Talumyr moved to the right, keeping well away from his fellows as he began his two sword dance of death. Isaac moved to the left and held his holy weapon in the air, awaiting the foe. Rook stood in the center in the fighting stance of the celestial monastery of Xolotl.

The leonines didn’t hesitate. As one they crashed into the enemy. The first answered Talumyr’s challenge and leapt toward him. The giant slashed forward waist high, missing with his Tinorian blade and then with his father’s heavier sword as well.

The leonine held its body horizontally just long enough to allow the blades to pass then twisted and landed, all four appendages latching onto the breastplate of the Bloodchill giant. Immediately he knew it was nearly his match in size and every bit his equal in strength. The giant bellowed in pain as a single claw left its bloody mark across his face.

The second battle mad beast leapt toward Isaac and as the paladin’s sword began to fall it switched targets. Rook was fast enough to dodge the first leaping pair of claws but he was on his heels instantly. The leonine’s feet touched the ground and another flurry reached out for Rook’s throat and eyes.

The monk was just as swift and just as strong though the beast had the advantage in size. He blocked every swipe of its arms with a forearm or he dodged aside before a blow could land.

An explosion distracted all combatants for a moment as a wave of fire washed over the onrushing goblins. Bassonix shouted in celebration as a score of the creatures were obliterated by the wash of magical flame. Five times that number still came on while Isaac and Aurik stepped forward to meet them. Both men hefted heavy Tinorian blades and shouted out challenges to their foe. Their duty was to take on as many of the smaller creatures as possible while their embattled companions fought the stronger leonines.

More beams of energy lanced out from Dhok, slicing through the unprotected goblins and leaving the nearby Bassonix’s fur standing on end. The goblins charged over and through their fallen kin, heedless of the blood and gore that rained down upon them.

Talumyr found himself being pushed further away from his companions as the relentless creature dodged and retaliated too swiftly for him to recover his position. He’d hammered both sword pommels onto the creature’s skull and removed it from his breastplate but its head must have been harder than stone. It took the blows and hardly seemed to notice. Back and forth they fought with neither finding advantage but while the leonine swung only its claws the giant was swinging a heavy sword in each hand. If it came down to it there was little doubt who would tire first.

Rook found himself admiring his foe’s speed and tenacity. Each time he hammered his fist into its torso it came right back and answered in kind. The neat slices across both his flanks and upper arms were testament to its ability while the blood flowing swiftly was testament to the length of the creature’s claws. Even a glancing swipe of its claw was enough to eviscerate an unprepared combatant. Thankfully the servant of the god of lightning was anything but unprepared.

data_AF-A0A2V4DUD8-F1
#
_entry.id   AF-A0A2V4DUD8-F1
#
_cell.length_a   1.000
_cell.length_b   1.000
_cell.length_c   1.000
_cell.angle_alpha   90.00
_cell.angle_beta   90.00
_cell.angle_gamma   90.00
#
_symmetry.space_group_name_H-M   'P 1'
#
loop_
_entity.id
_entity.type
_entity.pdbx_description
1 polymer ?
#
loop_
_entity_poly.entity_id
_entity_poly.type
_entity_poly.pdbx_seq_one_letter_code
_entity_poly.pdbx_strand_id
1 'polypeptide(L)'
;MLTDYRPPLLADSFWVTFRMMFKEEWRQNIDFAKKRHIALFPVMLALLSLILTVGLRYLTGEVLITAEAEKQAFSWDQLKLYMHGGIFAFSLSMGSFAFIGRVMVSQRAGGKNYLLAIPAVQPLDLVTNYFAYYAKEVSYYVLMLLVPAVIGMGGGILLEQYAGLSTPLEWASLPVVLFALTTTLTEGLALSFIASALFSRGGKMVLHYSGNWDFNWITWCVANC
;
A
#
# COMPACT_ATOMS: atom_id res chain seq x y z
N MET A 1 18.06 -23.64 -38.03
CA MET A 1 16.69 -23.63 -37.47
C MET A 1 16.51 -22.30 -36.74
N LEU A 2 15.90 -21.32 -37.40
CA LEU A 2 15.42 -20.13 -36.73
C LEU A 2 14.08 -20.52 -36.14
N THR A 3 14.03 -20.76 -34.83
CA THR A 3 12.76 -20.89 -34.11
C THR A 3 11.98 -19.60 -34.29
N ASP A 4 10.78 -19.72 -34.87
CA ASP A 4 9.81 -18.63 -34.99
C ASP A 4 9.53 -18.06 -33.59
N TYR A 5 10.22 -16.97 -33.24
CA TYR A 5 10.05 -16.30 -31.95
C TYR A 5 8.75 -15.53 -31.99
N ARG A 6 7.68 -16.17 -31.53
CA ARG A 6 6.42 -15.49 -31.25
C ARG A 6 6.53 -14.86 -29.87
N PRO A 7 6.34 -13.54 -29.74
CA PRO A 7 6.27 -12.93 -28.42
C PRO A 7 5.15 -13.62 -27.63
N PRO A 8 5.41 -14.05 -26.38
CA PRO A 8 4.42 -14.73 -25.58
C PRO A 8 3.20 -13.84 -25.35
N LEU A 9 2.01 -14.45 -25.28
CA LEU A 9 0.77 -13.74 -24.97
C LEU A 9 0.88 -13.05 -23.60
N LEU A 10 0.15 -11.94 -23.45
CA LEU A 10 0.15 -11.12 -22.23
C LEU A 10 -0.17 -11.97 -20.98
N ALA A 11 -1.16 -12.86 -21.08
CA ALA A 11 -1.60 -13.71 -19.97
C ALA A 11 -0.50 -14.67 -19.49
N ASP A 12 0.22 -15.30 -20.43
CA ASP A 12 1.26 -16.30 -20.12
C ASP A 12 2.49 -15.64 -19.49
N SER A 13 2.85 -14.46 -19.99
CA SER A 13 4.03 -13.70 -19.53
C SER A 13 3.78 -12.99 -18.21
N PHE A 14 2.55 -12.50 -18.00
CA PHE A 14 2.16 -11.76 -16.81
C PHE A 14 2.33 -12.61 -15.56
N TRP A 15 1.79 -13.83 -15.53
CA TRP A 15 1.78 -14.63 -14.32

A swarm of snarling, savage goblins was among them an instant later and there was no more time for reflection. Isaac and Aurik met the mob, hewing waist high with their glowing blades and severing goblin necks. There were too many to slow and all around them the savage but diminutive beasts continued toward the rest of the pack. With prayers to their respective deities and oaths of doom for their wretched foe they ignored the ineffective strikes against their heavily protected bodies and answered with only death.

Bassonix summoned forth a towering ring of flames, surrounding himself and Dhok completely. The first line of goblins tried to charge through it only to fall to their knees on the other side. Dhok sent out a short pulse of violent thought and sent those standing around the wall sailing backwards through the air. The concussion sent some into unconsciousness while others began to stumble groggily with blood trickling from their ears.

Talumyr found he was surrounded. The leonine was relentless and when the goblins arrived it pressed its attack even harder. It was as if the beast wanted to finish him before a goblin could do it first. There was little chance of that. One tried to spear his knee as he turned in circles and spun his blades. The weapon was cut in half and then the arm that held it was falling to the ground as the second sword followed the same line of attack. There was another goblin next to it. Strength and momentum were against it as the second blade continued directly into its side. Neatly chopped in half it went down heavily.

Talumyr felt the extra weight and tried to compensate but that was the second the leonine needed to take advantage. It leapt over his first blade, both clawed hands coming down like lightning strikes. The giant craned his neck up and met the eyes of his attacker and his blood boiled as he connected with the Thought Nomad on the other side of the beast’s consciousness. Foes such as these his clan had trained specifically for. The Nomads had been wreaking havoc for millennia but his and Dhok’s race lived the closest to them in the Bloodchill range. No race hated them more and none had been preyed upon more often.

Summoning that training Talumyr unleashed a wave of thought that was tinged with unforgiving denial and unbridled contempt towards the descending beast. A visible wave of dark energy swept over it in an instant as he struggled to raise his unhindered sword in time.

He would have been too slow. His throat could very well have been torn out then and his quest would be no more, but his mental attack took immediate effect. It was a gamble but it was one he knew he had to take. At the last second the beast twisted to the side and retracted its claws. It landed on its feet and reached out to eviscerate a goblin simultaneously. It roared in seeming confusion and Talumyr took the moment to free his second blade and slash two more goblins down with the other.

The green light had faded from the leonine’s eyes. The Thought Nomad must have felt the full effect of the psychic backlash. The Bloodchill giant smiled and called out a loud, “Hurrah!” as he turned his full attention to the cluster of goblins that were shoving at each other trying to stab at him with their puny spears.